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Antemortem Drowning and Post Mortem Drowning: Differences


Drowning is the act of suffocating due to being submerged in water or other fluids. This can lead to breathing difficulties and a lack of oxygen, ultimately resulting in death. It happens when water enters the air passages, preventing the body from taking in oxygen and disrupting the exchange of gases. Drowning can occur unintentionally during water-related events or on purpose, such as in cases of murder or suicide.

It is characterized by a lack of breathing and blood circulation, often accompanied by water in the lungs upon examination after death. Drowning remains a major cause of death globally, especially among children and in situations involving water activities or natural disasters.

Differences between Antemortem and Postmortem Drowning:

The main differences between antemortem (before death) and postmortem (after death) drowning are given below:

  1. Antemortem Drowning occurs when an individual is still alive at the time of submersion and drowns due to the inability to breathe underwater. Postmortem Drowning happens when the person is already deceased before entering the water and drowning results from the body being submerged after death.
  2. When a person is alive, they may experience antemortem drowning, which results in water entering the lungs and ultimately causing death. This can be identified by observing water in the lungs, froth in the airways, and congestion. On the other hand, postmortem drowning occurs after death, when water enters the body due to immersion. It can be differentiated from antemortem drowning by the absence of froth in the airways, congestion, and water in the stomach. A thorough investigation is necessary to determine the timing and details of the event in both cases.
  3. Antemortem drowning typically shows specific changes in the lungs, such as increased water content and inflammatory reactions. Postmortem drowning, on the other hand, does not exhibit these specific changes in lung tissue.
  4. Signs of struggling and attempts to breathe underwater are common in antemortem drowning. In contrast, postmortem drowning lacks physiological responses like struggling, as the individual is already deceased.
  5. Antemortem drowning usually occurs due to accidents, water-related incidents, or intentional submersion. Postmortem drowning can happen when bodies are disposed of in water after death, accidental postmortem submersion, or other circumstances.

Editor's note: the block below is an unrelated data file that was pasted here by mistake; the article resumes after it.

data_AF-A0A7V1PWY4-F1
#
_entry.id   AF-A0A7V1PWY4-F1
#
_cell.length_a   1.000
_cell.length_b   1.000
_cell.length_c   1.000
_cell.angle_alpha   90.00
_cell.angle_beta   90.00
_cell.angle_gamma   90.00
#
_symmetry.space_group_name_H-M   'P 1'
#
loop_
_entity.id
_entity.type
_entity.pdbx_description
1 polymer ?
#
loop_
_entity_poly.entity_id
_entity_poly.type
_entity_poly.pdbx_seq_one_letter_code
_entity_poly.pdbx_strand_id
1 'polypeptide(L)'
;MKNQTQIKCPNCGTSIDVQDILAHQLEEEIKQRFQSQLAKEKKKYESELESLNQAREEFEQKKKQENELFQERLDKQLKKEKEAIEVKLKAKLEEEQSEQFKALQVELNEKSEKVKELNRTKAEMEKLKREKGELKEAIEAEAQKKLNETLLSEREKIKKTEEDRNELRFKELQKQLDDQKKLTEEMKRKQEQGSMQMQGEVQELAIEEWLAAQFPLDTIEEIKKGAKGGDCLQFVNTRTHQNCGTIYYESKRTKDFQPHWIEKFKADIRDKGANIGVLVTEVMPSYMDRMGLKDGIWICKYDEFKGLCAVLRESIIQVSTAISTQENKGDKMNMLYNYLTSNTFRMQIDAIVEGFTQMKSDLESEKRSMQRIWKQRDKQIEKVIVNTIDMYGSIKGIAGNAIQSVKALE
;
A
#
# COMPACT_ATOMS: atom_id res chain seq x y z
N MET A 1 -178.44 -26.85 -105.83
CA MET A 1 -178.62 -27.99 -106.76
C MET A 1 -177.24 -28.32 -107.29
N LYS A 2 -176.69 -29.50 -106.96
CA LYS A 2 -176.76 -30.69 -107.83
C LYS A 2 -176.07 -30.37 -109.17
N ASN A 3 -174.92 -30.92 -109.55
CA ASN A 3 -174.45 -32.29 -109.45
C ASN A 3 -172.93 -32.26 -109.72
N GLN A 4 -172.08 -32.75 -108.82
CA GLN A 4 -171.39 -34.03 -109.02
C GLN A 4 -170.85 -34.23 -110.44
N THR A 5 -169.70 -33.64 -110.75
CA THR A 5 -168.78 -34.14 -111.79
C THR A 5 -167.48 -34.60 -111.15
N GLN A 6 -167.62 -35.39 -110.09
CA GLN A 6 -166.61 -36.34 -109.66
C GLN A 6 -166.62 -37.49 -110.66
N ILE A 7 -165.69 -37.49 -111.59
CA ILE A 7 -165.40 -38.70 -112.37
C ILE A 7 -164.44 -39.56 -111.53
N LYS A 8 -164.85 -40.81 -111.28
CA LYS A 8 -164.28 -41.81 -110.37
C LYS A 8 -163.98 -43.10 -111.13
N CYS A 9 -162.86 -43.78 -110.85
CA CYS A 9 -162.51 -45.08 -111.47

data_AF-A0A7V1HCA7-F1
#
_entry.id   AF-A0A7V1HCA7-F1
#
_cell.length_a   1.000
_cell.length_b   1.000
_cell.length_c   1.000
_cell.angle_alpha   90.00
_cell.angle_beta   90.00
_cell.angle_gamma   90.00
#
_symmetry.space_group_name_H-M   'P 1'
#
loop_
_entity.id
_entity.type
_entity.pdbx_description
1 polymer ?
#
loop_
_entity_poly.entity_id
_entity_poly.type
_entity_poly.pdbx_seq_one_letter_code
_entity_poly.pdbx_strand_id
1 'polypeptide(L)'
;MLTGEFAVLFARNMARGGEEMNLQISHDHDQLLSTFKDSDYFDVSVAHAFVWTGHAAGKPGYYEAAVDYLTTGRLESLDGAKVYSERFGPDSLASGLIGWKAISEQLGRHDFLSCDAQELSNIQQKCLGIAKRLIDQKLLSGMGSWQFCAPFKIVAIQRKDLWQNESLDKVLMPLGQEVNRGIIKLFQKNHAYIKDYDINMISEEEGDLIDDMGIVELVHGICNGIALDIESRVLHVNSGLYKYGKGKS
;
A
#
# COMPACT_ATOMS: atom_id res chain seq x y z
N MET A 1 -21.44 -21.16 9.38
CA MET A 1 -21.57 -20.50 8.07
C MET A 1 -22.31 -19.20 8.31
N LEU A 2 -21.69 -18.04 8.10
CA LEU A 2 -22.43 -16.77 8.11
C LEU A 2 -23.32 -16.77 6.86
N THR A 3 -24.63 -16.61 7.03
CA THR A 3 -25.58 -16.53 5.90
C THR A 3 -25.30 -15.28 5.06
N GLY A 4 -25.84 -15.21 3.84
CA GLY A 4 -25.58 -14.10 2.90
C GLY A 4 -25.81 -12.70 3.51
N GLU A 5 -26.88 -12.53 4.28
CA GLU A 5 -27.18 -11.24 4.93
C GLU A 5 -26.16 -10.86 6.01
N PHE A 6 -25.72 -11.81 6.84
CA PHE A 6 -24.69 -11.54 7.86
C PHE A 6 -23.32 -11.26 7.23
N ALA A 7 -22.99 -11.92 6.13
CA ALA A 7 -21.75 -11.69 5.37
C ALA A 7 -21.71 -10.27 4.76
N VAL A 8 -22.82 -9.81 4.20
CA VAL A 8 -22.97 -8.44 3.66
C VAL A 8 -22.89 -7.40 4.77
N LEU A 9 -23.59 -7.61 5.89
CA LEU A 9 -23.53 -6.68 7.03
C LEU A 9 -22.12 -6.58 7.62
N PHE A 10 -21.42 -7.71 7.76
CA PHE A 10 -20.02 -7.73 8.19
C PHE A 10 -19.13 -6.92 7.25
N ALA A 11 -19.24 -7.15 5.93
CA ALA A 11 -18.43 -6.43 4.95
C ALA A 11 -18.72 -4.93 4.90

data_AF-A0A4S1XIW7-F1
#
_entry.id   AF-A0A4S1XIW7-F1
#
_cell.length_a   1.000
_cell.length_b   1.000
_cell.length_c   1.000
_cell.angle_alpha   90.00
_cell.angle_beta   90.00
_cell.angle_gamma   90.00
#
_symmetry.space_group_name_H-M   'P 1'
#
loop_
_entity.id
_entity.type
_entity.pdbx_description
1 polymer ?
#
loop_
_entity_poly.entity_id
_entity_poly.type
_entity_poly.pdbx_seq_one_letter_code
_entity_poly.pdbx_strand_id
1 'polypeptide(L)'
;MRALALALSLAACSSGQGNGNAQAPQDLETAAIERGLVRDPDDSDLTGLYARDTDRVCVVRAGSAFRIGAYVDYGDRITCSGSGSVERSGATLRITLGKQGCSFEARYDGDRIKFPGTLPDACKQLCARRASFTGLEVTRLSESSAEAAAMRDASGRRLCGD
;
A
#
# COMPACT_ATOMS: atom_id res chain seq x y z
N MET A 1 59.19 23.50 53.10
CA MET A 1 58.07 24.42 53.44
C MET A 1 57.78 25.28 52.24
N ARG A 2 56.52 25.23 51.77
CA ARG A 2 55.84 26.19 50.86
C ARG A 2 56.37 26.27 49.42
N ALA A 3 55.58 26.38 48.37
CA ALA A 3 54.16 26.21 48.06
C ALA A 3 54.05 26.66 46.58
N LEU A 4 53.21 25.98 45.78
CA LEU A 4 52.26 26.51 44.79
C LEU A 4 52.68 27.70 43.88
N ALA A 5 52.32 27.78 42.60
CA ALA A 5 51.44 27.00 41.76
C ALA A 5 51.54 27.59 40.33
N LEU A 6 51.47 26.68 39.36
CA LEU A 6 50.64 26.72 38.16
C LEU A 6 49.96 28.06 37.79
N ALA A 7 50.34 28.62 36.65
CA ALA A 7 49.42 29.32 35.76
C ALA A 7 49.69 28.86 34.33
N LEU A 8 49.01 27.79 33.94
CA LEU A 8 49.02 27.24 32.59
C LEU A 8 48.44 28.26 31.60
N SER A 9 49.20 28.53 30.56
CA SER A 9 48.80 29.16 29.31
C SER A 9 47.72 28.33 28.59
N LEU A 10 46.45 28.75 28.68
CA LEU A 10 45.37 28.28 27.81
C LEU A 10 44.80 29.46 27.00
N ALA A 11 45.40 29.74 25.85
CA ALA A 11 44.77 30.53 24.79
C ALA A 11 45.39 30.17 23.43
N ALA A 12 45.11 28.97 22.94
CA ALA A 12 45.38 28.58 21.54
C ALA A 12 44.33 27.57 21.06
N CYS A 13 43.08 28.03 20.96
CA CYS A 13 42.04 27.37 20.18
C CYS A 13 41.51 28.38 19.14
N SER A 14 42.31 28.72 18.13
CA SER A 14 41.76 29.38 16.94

6. Antemortem drowning is relatively easy to diagnose based on specific signs, such as water in the airways and lungs. However, postmortem drowning can be more challenging to diagnose definitively, especially if the body has been in the water for an extended period, as decomposition can mimic drowning signs.
  7. In antemortem drowning, an autopsy may reveal evidence of water inhalation, lung tissue changes, and other signs of drowning. In postmortem drowning, an autopsy may show drowning as a possible cause of death, but other factors may also contribute.
  8. Antemortem drowning victims may be resuscitated if found in time, but postmortem drowning victims cannot be revived. Treatment options for postmortem drowning are focused on recovering and identifying the body.
  9. The diatom test plays a crucial role in distinguishing between drowning that occurred before or after death. When someone dies from drowning, diatoms can be found in their internal organs including the kidney, liver, lung, and brain, as well as in the bone marrow of long bones, but the same is not the case in postmortem drowning. This specific pattern of deposition helps forensic professionals determine if the person was alive or dead when they inhaled water, making it an essential tool in forensic investigations related to drowning cases.
  10. If a person drowns before death, they may be found with weeds or other plants in their hands, suggesting that they tried to fight or hold onto something while underwater. On the other hand, if a person drowns after death, they will not have any vegetation in their grasp because their body is incapable of intentional movement. This distinction is helpful for forensic investigators to determine if a drowning incident occurred before or after death, based on the presence or absence of plant evidence.
  11. In situations where drowning occurs before death, there may be no visible signs of harm on the body due to the lack of external violence during the drowning process. However, in instances of drowning after death, there could be indications of injury, potentially suggesting that the individual experienced physical harm before or after their passing. This contrast in injury presence helps forensic experts distinguish between drowning before and after death, aiding in the understanding of the chronological order of events that led to the person's death.
  12. There is more chance of ante-mortem drowning to be accidental or suicidal and there is little chance of it being homicidal unless somebody throws or pushes a child or a person into water, whereas post-mortem drowning is more likely to be homicidal unless somebody throws the dead body in water as a matter of custom or due to poverty for not having the money to conduct the last rites and there is little chance of it being accidental or suicidal. During Corona virus outbreak many dead bodies were allegedly thrown into rivers due to inability to conduct their last rites out of poverty, compulsion or fear.

Written By: Md.Imran Wahab, IPS, IGP, Provisioning, West Bengal
Email: [email protected], Ph no: 9836576565

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